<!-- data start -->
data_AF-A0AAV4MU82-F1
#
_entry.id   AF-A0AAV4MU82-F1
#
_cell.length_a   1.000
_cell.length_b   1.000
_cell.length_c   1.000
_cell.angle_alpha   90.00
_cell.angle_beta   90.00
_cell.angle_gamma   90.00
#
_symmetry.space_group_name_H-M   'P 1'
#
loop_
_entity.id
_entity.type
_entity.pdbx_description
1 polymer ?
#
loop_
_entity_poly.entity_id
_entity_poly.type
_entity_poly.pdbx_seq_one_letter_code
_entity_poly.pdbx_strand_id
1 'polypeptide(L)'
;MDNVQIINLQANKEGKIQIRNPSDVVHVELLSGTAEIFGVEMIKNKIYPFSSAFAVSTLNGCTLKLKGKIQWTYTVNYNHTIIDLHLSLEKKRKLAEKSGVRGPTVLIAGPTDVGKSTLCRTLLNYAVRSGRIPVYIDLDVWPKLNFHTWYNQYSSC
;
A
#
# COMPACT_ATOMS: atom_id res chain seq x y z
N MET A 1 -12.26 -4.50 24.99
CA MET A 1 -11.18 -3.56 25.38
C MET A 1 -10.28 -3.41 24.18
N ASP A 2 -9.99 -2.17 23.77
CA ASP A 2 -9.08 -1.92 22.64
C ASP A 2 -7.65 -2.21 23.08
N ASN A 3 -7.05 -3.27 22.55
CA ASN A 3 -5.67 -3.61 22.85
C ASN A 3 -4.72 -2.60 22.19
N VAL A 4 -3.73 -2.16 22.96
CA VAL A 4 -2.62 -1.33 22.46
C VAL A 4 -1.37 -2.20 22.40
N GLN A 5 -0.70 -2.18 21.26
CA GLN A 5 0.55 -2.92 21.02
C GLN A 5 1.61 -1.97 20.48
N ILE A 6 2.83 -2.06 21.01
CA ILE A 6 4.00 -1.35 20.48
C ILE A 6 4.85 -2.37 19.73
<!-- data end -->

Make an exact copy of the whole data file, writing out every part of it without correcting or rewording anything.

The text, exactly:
data_AF-A0AAV4MU82-F1
#
_entry.id   AF-A0AAV4MU82-F1
#
_cell.length_a   1.000
_cell.length_b   1.000
_cell.length_c   1.000
_cell.angle_alpha   90.00
_cell.angle_beta   90.00
_cell.angle_gamma   90.00
#
_symmetry.space_group_name_H-M   'P 1'
#
loop_
_entity.id
_entity.type
_entity.pdbx_description
1 polymer ?
#
loop_
_entity_poly.entity_id
_entity_poly.type
_entity_poly.pdbx_seq_one_letter_code
_entity_poly.pdbx_strand_id
1 'polypeptide(L)'
;MDNVQIINLQANKEGKIQIRNPSDVVHVELLSGTAEIFGVEMIKNKIYPFSSAFAVSTLNGCTLKLKGKIQWTYTVNYNHTIIDLHLSLEKKRKLAEKSGVRGPTVLIAGPTDVGKSTLCRTLLNYAVRSGRIPVYIDLDVWPKLNFHTWYNQYSSC
;
A
#
# COMPACT_ATOMS: atom_id res chain seq x y z
N MET A 1 -12.26 -4.50 24.99
CA MET A 1 -11.18 -3.56 25.38
C MET A 1 -10.28 -3.41 24.18
N ASP A 2 -9.99 -2.17 23.77
CA ASP A 2 -9.08 -1.92 22.64
C ASP A 2 -7.65 -2.21 23.08
N ASN A 3 -7.05 -3.27 22.55
CA ASN A 3 -5.67 -3.61 22.85
C ASN A 3 -4.72 -2.60 22.19
N VAL A 4 -3.73 -2.16 22.96
CA VAL A 4 -2.62 -1.33 22.46
C VAL A 4 -1.37 -2.20 22.40
N GLN A 5 -0.70 -2.18 21.26
CA GLN A 5 0.55 -2.92 21.02
C GLN A 5 1.61 -1.97 20.48
N ILE A 6 2.83 -2.06 21.01
CA ILE A 6 4.00 -1.35 20.48
C ILE A 6 4.85 -2.37 19.73